Do Not Risk Dumpster Diving

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Recycling Virus

To supplement income, many Americans rise early to patrol alleys and curbs for recyclables. In large quanti­ties, card­board has value. Some glass and plastic bottles are worth more because customers pay a nickel or so up front as a redemp­tion value. Cities often provide bright blue containers to separate recyclables and use the income to offset the cost of refuse service. These bins tempt many people to gather whatever they feel is valuable.

Some city ordinances stipulate what is often called “dumpster diving” as a crime. Many recycling centers have closed. During the coronavirus stay-at-home orders, only essential industries continue to function. Dumpster diving is not an essential service. It is also a potential means of spreading COVID-19 because people often wrap their lips around plastic bottles that are discarded. The coronavirus can last up to 3 days on plastic and metal surfaces. Instead of staying away from potential pathogens, people who rummage through garbage and recycle bins can become carriers.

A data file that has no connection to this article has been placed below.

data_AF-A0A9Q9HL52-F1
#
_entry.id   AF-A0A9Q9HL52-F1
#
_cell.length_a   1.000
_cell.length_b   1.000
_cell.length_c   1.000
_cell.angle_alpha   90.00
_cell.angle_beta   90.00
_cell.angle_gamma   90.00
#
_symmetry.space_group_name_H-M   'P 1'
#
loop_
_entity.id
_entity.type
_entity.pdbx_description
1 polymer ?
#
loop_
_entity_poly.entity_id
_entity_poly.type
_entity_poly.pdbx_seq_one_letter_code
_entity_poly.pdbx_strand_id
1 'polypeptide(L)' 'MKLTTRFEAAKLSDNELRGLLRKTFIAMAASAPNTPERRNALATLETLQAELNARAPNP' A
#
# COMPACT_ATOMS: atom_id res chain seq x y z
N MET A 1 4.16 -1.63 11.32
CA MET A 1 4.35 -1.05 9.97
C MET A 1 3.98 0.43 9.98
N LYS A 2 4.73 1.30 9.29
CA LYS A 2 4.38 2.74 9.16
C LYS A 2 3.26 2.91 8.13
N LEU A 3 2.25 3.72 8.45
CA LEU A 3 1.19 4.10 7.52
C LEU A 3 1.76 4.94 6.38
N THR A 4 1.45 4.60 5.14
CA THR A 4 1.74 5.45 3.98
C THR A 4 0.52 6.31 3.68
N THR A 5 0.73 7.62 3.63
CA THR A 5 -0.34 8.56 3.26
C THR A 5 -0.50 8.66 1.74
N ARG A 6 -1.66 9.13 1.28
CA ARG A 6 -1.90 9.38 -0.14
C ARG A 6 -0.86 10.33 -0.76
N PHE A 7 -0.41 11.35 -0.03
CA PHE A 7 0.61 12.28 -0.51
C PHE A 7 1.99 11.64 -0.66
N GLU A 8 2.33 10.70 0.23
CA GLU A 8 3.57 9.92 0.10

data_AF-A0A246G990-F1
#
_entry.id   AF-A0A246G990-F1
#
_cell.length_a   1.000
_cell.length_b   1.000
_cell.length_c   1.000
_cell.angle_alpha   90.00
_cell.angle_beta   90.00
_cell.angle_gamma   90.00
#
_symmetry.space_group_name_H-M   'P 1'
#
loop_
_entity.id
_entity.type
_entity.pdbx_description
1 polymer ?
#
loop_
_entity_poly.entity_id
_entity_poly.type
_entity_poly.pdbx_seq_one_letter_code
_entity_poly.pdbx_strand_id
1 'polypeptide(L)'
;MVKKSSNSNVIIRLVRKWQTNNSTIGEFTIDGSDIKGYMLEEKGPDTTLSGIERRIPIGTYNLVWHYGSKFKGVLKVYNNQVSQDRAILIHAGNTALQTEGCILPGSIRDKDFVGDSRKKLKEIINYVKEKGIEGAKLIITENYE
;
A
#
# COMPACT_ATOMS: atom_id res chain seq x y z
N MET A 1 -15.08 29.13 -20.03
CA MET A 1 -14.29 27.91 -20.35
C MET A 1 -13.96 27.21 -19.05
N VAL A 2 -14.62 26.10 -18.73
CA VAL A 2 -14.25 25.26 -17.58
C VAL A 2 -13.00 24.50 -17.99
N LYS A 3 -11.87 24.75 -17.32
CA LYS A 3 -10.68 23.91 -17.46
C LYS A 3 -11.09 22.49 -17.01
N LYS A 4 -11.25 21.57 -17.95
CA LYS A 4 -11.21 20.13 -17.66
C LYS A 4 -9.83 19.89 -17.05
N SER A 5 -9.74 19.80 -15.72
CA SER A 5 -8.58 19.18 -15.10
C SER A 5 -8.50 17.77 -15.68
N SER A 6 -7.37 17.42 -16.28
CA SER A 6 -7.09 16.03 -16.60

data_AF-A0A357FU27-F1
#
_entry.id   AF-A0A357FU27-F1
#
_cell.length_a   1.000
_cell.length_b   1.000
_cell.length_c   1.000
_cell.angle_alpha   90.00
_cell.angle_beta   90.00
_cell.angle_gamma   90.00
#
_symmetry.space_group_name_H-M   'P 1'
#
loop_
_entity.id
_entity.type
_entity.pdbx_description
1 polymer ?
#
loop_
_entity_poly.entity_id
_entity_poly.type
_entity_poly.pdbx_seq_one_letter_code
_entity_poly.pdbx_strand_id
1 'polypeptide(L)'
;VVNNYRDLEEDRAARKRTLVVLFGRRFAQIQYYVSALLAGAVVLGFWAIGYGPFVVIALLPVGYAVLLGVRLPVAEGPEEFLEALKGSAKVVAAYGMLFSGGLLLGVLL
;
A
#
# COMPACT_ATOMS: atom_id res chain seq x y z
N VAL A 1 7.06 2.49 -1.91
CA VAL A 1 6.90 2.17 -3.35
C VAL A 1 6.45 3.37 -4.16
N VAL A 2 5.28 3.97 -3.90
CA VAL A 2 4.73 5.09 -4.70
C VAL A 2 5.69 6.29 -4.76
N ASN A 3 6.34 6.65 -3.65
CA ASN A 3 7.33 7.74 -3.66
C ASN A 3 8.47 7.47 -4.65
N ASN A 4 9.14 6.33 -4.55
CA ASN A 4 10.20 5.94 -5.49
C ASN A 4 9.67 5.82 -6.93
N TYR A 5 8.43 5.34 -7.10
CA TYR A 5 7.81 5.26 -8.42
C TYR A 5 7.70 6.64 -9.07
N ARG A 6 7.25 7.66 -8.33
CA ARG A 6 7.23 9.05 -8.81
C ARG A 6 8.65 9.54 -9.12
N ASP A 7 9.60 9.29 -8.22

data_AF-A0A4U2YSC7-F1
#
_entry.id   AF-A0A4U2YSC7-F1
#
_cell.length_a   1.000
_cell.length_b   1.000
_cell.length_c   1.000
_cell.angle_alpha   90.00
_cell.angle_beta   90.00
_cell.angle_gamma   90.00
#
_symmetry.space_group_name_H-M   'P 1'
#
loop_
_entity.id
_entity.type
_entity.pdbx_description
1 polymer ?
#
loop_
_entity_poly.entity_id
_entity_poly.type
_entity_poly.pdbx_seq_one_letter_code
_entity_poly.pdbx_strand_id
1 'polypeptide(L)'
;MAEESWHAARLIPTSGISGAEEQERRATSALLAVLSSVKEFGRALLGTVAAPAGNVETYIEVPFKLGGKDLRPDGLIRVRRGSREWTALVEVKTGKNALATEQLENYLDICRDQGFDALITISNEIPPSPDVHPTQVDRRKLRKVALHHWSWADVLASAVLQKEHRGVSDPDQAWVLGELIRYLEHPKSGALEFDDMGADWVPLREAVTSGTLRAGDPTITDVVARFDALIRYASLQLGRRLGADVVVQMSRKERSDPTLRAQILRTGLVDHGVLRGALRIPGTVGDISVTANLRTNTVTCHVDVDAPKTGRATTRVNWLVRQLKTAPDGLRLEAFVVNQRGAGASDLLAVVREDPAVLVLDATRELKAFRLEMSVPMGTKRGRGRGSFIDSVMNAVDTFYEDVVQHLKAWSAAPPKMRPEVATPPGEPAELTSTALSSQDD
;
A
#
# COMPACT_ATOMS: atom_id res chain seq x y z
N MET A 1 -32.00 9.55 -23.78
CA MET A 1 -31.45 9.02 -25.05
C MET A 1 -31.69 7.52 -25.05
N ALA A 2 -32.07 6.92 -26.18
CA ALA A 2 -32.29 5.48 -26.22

Money is tight for virtually everyone. With more people staying at home, household waste is on the rise. But do not risk your lives or the lives of others for a few dollars. City services use automated equipment to empty bins and separate recyclables. Workers at the plant wear personal protective equipment. Please stay inside to be A Bit More Healthy. Though sensitive to the need for extra income, your life is worth more than a plastic bottle.

References
  1. Beverage Container Recycling. calrecycle.ca.gov
  2. What's next for California container recycling after rePlanet's closure? wastedive.com
  3. Dumpster Diving and the Law. freegan.info
  4. 11 arrested in recycling redemption scheme of smuggling cans, bottles into California. latimes.com
  5. Beverage makers have dodged California’s recycling crisis. That may soon change. latimes.com
  6. 'It's just a nightmare.' Trash collectors overwhelmed by rising amount of household waste. cnn.com
Kevin Williams is a health advocate and writer of hundreds of articles for multiple web­sites, including: A Bit More Healthy, KevinMD (WebMD), and Sue’s Nutrition Buzz. He is a prior 15-year con­sul­tant for Neutrogena Research and Scientific Affairs.

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